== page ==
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The Conversation

Local Farmer Says ʻUlu Theft Sparks Deeper Discussions About Education and Community

Ulu Courtesy Joe McGinn 2.jpg
Courtesy Joe McGinn
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Dependence on imported food and the need for more sustainable agriculture in our islands is an issue that has been magnified by the pandemic. When local families who struggle financially can’t buy food or don’t know how to grow their own, some resort to desperate measures — like stealing — in order to feed their families.

Joe McGinn, an Oʻahu farmer and farming instructor, says he’s recently seen an increase in the theft of ʻulu, or breadfruit.

He said he caught a guy last year who picked his ʻulu tree bare. This year he has already caught four different people trying to steal from it — and he's hearing similar stories from people in his network and on neighbor islands.

"That's happening with the large farmers, it's happening in the schools where education is happening, and even for us here," he said. "We're a small family farm, we do mostly education and what we grow we mostly give away, so we share with our ʻohana, we eat for ourselves. And it was really tough for us last year because we put a lot of work into caring for our trees, right? When it comes to the fruit, the fruit is just a reflection of all the work, all the care, all the love that happened in the previous year."

He shared why he thinks people specifically target the fruit, and how increased community agricultural efforts could help eliminate the need for stealing.  

"As we're getting healthier, getting in touch with who we are, reconnecting with our culture, we are finding oh my goodness, ʻulu is such an amazing fruit, the way it grows, the way it produces, and even the health benefits of ʻulu. So ʻulu right now is really getting popular and I think what's happening is all of the other things around ʻulu aren't happening," McGinn said.

Joe courtesy Joe McGinn.jpg
Courtesy Joe McGinn

Taking ʻulu and not reciprocating, even if it isn't money, has brought to light a bigger problem in the community that McGinn thinks needs to be addressed.

"It's just the taking of it, we're not talking about the stories of what it represents, how to grow it, how to share it," McGinn told Hawaiʻi Public Radio. "For some Pacific Asian cultures, they believe that if you plant two ʻulu when a child is born, those two ʻulu trees will provide enough sustenance for the rest of their life."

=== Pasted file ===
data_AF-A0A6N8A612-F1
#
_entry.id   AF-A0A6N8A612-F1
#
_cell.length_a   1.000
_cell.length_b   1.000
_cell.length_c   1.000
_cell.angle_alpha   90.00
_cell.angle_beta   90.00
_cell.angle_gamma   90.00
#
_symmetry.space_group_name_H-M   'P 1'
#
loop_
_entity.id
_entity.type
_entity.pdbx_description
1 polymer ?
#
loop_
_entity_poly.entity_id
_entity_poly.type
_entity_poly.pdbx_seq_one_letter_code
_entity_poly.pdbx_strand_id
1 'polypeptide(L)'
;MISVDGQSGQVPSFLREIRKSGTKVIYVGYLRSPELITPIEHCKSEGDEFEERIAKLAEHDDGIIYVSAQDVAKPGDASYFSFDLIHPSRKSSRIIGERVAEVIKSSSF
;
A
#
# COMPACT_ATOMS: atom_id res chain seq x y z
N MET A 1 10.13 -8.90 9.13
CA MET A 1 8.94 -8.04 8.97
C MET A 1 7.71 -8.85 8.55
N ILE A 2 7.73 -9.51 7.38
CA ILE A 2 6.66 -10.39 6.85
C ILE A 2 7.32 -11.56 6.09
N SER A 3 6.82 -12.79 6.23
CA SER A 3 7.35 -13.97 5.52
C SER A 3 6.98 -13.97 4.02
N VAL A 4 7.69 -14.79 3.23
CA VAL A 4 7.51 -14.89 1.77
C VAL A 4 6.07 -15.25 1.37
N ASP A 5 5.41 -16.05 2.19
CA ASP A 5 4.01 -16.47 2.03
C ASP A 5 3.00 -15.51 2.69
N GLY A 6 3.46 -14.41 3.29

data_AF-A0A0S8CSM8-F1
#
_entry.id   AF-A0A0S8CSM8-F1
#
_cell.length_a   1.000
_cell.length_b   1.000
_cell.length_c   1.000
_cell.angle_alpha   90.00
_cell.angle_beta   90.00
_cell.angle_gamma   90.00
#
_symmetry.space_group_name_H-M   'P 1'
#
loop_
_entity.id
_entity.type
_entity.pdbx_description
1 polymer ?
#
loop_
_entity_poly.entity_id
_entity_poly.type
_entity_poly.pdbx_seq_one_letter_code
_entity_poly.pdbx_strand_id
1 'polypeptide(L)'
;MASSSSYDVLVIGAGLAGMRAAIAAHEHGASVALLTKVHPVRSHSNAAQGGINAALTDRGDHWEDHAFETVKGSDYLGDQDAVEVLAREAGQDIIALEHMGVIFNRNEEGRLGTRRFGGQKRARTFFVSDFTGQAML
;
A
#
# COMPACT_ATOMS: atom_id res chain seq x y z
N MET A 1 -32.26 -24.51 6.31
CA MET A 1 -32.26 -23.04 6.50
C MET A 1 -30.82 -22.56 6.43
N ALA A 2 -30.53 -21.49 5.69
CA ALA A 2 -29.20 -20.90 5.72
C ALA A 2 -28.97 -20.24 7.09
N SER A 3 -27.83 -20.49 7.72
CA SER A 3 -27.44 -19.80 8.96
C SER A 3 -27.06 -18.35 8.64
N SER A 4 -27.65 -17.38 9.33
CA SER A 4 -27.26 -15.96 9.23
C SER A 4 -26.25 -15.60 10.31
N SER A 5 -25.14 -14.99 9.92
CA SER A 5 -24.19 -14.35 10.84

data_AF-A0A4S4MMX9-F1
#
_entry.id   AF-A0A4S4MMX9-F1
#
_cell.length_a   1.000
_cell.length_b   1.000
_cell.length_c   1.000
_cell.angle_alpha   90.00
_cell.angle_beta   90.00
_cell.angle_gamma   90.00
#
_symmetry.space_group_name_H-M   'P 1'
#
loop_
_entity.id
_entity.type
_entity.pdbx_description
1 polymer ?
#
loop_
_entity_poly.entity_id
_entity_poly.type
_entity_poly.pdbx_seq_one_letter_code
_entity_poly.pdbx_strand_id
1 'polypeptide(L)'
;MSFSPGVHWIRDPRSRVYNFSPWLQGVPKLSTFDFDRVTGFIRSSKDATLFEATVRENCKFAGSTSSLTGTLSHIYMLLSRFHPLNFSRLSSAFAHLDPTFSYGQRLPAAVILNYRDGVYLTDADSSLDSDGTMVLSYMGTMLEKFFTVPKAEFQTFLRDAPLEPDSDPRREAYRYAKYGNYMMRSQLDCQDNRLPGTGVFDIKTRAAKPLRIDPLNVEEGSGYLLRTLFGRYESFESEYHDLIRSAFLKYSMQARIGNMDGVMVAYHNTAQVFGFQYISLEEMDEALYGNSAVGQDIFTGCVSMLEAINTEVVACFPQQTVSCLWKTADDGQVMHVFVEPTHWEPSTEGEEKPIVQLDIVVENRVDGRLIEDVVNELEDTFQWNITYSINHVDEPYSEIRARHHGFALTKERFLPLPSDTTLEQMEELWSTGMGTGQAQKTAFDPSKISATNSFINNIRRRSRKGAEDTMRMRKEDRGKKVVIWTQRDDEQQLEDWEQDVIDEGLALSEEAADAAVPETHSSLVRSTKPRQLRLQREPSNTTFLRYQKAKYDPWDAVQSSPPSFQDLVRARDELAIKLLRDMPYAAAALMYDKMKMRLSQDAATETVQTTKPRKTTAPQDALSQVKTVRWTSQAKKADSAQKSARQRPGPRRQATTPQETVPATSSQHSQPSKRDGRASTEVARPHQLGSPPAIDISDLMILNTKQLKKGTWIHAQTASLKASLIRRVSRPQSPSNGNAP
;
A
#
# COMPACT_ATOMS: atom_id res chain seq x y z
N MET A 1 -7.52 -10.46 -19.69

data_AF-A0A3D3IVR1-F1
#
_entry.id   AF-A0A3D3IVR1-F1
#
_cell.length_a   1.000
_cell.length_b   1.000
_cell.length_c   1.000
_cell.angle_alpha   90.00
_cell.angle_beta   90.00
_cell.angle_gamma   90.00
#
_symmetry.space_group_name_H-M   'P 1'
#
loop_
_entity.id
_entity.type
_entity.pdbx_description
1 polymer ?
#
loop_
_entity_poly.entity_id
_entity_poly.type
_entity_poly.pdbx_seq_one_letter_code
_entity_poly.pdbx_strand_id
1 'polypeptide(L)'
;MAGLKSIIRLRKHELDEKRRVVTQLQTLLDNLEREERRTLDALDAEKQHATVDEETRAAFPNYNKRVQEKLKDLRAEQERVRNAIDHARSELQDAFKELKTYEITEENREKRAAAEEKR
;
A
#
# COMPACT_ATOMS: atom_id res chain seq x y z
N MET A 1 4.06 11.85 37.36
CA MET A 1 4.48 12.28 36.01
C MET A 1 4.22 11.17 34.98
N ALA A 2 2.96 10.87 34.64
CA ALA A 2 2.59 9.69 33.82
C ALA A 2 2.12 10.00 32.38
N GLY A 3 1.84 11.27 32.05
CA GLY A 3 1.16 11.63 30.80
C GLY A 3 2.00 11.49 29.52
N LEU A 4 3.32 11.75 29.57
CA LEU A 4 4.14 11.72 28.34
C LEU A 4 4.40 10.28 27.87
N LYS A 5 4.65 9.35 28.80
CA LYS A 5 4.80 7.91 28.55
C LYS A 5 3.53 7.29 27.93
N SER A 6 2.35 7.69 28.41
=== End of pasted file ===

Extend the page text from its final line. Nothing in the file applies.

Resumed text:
McGinn said he understands some people are stealing to feed their children, so he would love to build a course that teaches people how to grow, cultivate and cook ʻulu — and teaches why we grow ʻulu.

"I saw one father that wanted for feed his children and that's who I am. That's why I grow ʻulu, for feed my children. And he's picking the ʻulu for feed his children. And if we realize that, why are we doing this, right? Why are we doing this? I really believe that at the root of it all, we want the same things," McGinn said.

Another aspect of the situation, he said policing agricultural theft is not a common practice in Hawaiʻi like it is in California or other areas.

"They have specific police units that monitor and go after ag theft. Here in Hawaiʻi at least and specifically to Honolulu County, call the police, oftentimes they don't know what to do. They won't even take a report," McGinn said.

Others in the farming community have said agricultural theft is one of the most underreported crimes.

"We don't have the laws and the people watching out for us. So a lot can be done on the administration side, allocating the funds, allocating the resources — setting up the laws so people who do get caught, that there is one penalty involved that's going to deter them," he said.

This interview aired on The Conversation on Sept. 23, 2021.

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